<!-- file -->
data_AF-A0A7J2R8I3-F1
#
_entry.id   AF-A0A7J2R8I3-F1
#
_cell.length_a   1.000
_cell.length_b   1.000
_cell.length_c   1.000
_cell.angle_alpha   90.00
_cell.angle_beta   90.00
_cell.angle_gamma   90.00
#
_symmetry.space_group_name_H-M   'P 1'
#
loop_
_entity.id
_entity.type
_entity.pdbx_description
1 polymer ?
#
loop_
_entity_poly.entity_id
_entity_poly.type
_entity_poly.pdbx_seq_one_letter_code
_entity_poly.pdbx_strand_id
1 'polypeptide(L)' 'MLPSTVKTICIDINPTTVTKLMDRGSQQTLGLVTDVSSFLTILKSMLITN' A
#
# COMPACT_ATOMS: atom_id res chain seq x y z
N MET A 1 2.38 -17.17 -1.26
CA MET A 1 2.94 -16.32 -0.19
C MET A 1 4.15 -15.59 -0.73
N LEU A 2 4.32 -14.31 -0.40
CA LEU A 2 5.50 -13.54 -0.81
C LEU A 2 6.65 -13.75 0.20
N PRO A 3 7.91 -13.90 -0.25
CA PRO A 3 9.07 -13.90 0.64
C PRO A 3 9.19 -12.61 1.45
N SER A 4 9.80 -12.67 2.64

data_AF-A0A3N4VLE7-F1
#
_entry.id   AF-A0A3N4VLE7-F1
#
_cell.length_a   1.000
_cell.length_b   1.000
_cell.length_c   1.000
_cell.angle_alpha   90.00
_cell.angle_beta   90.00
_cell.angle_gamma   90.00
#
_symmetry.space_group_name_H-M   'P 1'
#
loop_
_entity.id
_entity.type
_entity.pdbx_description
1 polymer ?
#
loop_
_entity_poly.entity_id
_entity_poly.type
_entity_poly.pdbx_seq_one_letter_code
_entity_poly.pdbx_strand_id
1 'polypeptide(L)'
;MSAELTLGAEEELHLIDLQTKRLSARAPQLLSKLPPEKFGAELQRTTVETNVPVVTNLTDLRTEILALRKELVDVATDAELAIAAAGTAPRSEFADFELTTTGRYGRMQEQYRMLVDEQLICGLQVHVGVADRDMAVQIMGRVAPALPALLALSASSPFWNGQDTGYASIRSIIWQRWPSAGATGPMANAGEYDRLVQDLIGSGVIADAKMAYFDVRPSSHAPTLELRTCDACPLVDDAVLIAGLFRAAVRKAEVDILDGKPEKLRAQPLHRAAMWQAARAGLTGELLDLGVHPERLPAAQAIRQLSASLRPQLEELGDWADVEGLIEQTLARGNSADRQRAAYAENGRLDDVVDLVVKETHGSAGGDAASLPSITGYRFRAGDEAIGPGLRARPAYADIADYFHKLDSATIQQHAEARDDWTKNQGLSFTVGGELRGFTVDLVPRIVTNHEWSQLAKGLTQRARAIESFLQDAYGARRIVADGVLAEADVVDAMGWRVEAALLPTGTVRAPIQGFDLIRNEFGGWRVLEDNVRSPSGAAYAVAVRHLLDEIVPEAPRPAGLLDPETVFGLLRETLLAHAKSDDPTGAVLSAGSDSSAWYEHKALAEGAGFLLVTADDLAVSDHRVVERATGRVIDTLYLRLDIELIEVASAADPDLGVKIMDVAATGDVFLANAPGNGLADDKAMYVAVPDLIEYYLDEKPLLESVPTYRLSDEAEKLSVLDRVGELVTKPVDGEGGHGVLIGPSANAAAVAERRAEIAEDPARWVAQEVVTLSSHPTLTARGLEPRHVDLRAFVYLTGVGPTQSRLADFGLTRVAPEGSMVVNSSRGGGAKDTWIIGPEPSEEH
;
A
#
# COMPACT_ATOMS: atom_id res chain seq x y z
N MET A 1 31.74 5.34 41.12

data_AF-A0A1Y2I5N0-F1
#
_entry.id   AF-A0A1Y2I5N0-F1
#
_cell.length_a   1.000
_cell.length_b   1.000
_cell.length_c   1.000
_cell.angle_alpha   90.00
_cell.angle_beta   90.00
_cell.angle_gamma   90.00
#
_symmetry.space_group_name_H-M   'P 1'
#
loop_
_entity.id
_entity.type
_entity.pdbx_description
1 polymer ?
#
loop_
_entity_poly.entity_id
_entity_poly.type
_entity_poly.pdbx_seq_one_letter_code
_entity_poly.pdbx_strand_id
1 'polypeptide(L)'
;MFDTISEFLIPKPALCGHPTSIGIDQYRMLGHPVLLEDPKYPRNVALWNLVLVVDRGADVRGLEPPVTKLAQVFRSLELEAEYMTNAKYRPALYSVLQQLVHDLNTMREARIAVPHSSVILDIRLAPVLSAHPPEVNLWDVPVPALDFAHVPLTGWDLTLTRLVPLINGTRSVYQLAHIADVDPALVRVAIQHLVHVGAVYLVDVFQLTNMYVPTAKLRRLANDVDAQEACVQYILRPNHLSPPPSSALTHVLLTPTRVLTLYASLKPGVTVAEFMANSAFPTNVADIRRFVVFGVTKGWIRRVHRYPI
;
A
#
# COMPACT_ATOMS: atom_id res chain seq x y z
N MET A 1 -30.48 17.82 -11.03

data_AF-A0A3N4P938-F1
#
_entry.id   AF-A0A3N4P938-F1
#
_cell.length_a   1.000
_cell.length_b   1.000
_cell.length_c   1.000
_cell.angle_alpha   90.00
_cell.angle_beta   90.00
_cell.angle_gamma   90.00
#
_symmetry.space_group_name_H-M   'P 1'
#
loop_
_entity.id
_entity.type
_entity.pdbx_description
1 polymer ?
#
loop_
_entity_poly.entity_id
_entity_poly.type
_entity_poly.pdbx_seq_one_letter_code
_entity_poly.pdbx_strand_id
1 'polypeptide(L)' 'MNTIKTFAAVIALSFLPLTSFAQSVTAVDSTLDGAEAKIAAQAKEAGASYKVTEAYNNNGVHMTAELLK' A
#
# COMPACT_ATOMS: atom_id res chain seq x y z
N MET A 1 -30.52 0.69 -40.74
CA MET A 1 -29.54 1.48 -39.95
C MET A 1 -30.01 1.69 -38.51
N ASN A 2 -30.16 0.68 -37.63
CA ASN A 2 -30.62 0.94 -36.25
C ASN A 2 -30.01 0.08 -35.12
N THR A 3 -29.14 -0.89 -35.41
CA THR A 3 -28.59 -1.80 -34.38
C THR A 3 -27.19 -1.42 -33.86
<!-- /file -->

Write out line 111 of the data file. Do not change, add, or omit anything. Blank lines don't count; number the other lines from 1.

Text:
_symmetry.space_group_name_H-M   'P 1'